Is it 'ludicrous' to ban climbers from Uluru?

Wide shot of Uluru
Image caption Uluru, in Australia's Northern Territory, was formerly known as Ayers Rock

The prominent sign in seven languages at the base of Uluru, the giant red monolith in Australia's dusty red heart, could hardly be clearer.

"Uluru is sacred in our culture," state its Aboriginal owners. "It is a place of great knowledge. Under our traditional law climbing is not permitted. Please don't climb."

While thousands of tourists disregard the sign and scale the World Heritage-listed rock every year, their numbers are dwindling.

Under a plan announced in 2010, once fewer than 20% of visitors venture up the steep path, which has claimed at least 35 lives since the 1950s, climbing will be officially banned.

Not everyone, though, supports the move, with some tourism operators warning it will deter people from visiting the national park containing Uluru, formerly known as Ayers Rock, and Kata Tjuta, or the Olgas - another massive rocky outcrop.

Now the Northern Territory's chief minister, Adam Giles, has stirred the pot, comparing the rock to the Eiffel Tower and Sydney Harbour Bridge - both routinely scaled by visitors - and dismissing a ban as "ludicrous".

"We should explore the idea of creating a climb with stringent safety conditions and rules enforcing spiritual respect," Mr Giles, who is Aboriginal, told the Territory's parliament. That would bring "significant economic benefits" to indigenous locals, he said.

'Snail trail'

His remarks unleashed a storm of criticism, with Francis Kelly, chairman of the Central Land Council, which represents the area's traditional owners, calling them "completely wrong" and "offensive".

"Uluru is for everyone in the world to enjoy, but we are the caretakers," says Leroy Lester, whose father, Yami, a celebrated land rights activist, officiated at the ceremony where Uluru was handed back to its Aboriginal owners in 1985.

Mr Lester told the BBC: "The climb is dangerous and the people going up there leave a snail trail (of erosion marks) on the rock. It also goes against the spiritual beliefs of the oldest living culture on the planet."

Image copyright Getty Images
Image caption Uluru has drawn many visitors over the years, including the Duke and Duchess of Cambridge, who stuck to designated footpaths at ground level

A tourism draw since the mid-20th Century, Ayers Rock gained international notoriety in 1980, when Azaria Chamberlain disappeared from an adjacent campsite. Her mother Lindy was found guilty of murdering her, but the conviction was overturned in 1988 and in 2012 a coroner ruled that a dingo took the baby.

After regaining ownership of Uluru - a move bitterly opposed by the Northern Territory, which had previously controlled it - Aboriginal elders leased it to the federal government for 99 years, with the land to be jointly managed by them and the national parks service.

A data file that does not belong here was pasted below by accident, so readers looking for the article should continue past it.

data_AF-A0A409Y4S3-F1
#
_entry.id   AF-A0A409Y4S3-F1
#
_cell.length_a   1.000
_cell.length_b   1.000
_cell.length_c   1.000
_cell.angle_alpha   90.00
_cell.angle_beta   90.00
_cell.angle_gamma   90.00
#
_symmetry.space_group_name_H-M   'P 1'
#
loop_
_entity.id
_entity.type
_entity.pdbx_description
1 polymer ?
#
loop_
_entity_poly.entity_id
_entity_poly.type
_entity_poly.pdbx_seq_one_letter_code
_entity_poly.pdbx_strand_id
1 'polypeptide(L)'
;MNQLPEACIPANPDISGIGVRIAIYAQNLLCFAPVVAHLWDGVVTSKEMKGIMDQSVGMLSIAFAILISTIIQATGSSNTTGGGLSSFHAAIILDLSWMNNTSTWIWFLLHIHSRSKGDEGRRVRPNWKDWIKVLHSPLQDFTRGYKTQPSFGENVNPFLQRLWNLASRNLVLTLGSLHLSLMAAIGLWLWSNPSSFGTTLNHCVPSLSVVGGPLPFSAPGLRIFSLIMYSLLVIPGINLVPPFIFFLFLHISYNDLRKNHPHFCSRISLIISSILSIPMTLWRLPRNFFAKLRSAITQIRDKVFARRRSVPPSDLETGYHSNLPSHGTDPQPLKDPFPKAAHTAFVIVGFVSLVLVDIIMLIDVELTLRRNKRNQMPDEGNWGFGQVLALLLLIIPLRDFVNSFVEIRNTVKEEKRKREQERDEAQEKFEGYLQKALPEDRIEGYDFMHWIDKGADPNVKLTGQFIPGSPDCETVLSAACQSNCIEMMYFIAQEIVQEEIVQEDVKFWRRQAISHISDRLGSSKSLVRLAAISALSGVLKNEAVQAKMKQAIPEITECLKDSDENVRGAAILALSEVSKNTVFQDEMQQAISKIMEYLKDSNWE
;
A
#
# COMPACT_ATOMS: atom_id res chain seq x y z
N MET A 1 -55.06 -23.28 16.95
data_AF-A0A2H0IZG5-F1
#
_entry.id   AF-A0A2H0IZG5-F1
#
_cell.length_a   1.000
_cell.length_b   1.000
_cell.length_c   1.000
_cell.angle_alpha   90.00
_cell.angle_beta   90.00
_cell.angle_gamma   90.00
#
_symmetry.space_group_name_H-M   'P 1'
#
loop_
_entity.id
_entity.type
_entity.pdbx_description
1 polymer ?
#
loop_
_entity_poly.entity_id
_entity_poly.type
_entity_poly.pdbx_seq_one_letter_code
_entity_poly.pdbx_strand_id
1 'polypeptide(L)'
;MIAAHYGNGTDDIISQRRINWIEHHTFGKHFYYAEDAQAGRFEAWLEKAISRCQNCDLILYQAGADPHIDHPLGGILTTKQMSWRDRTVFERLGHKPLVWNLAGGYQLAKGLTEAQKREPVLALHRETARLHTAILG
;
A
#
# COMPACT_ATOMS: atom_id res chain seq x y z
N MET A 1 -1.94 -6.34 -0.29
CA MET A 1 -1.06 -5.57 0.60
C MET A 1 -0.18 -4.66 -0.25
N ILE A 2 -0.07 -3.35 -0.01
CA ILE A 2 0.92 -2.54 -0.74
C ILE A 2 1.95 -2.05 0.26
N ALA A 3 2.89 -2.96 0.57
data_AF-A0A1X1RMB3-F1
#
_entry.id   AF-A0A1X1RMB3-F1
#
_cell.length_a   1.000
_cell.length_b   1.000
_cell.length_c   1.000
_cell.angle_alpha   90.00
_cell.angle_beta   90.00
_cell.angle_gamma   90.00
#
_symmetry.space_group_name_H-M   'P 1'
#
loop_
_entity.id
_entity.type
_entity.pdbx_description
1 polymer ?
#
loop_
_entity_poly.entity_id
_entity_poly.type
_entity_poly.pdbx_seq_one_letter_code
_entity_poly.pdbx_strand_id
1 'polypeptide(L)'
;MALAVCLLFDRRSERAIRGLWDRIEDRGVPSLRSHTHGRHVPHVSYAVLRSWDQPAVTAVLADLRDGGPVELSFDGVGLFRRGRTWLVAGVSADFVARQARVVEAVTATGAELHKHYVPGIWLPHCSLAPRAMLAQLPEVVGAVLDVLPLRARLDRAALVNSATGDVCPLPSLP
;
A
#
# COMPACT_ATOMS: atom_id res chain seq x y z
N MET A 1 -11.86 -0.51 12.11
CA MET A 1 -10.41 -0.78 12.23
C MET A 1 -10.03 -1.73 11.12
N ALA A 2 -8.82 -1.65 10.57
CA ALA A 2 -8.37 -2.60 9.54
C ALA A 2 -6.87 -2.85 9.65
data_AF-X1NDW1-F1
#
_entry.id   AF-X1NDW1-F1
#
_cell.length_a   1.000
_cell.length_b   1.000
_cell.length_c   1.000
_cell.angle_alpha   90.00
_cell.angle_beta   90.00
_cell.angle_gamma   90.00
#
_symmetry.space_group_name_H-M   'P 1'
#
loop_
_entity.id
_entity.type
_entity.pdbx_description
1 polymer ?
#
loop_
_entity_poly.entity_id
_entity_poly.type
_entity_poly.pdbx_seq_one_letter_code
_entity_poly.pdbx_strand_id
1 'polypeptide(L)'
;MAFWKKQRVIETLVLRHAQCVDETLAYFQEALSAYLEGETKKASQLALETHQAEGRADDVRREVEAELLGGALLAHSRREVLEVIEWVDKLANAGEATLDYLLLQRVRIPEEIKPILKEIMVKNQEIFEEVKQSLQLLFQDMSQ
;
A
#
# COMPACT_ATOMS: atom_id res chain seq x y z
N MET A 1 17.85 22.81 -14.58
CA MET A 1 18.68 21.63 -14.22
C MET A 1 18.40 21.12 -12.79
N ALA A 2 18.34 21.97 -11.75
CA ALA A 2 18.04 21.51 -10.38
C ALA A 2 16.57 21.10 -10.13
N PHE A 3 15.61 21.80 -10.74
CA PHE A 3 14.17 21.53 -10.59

Although traditional owners receive a portion of the entry fees, hopes that jobs would be created for locals in the park and at the resort in nearby Yulara have largely been dashed. The Aboriginal community of Mutitjulu, at the foot of the rock, is one of Australia's poorest.

The sight of tourists climbing Uluru - the site of an important ancestral story - rubs salt in the wound. "This is a very special place to us and we want to protect it for the next generation, and the generation after," says Alison Hunt, an elder and former member of the board which manages the park.

She adds: "The chief minister should consult the custodians of the land before issuing his public statements. We're getting tired of people making a political issue out of this."

Rock revenue

With the Northern Territory still enviously eyeing Uluru, some suspect Mr Giles of a hidden agenda. He told parliament that the question of whether the rock should be climbed was "a decision for Territorians, not bureaucrats in Canberra".

The chief minister recently visited Uluru with the Australian golfing legend Greg Norman, who wants to open a golf course at Yulara. That idea is anathema to Mr Lester. "The place is going the way of a theme park," he says. "It seems to be all about making money these days."

Image caption The site has not proved as lucrative for locals as they had hoped

Last year, an opponent of climbing on the rock - which the parks service already bans when it is too wet, windy or hot - cut the safety chain which runs along the ascent.

Earlier in the year, a Taiwanese tourist had to be airlifted off Uluru after falling 20m into a crevice and suffering head injuries, earlier in the year.

Aboriginal people are keen to develop small-scale tourism ventures which could offer an alternative to the climb. "Visitors can sit down with us around a campfire and learn about the rock and our culture, hear the stories and history of ourselves and the land," says Ms Hunt.

"They should do more than just race in, climb the rock, go back to the resort and then fly out," says Donald Fraser, a former chairman of the board of management.

Local people, Mr Fraser adds, "only get a bit of money from the (park) gate... It's like we've got a hole in the pocket instead of money going into the bank."

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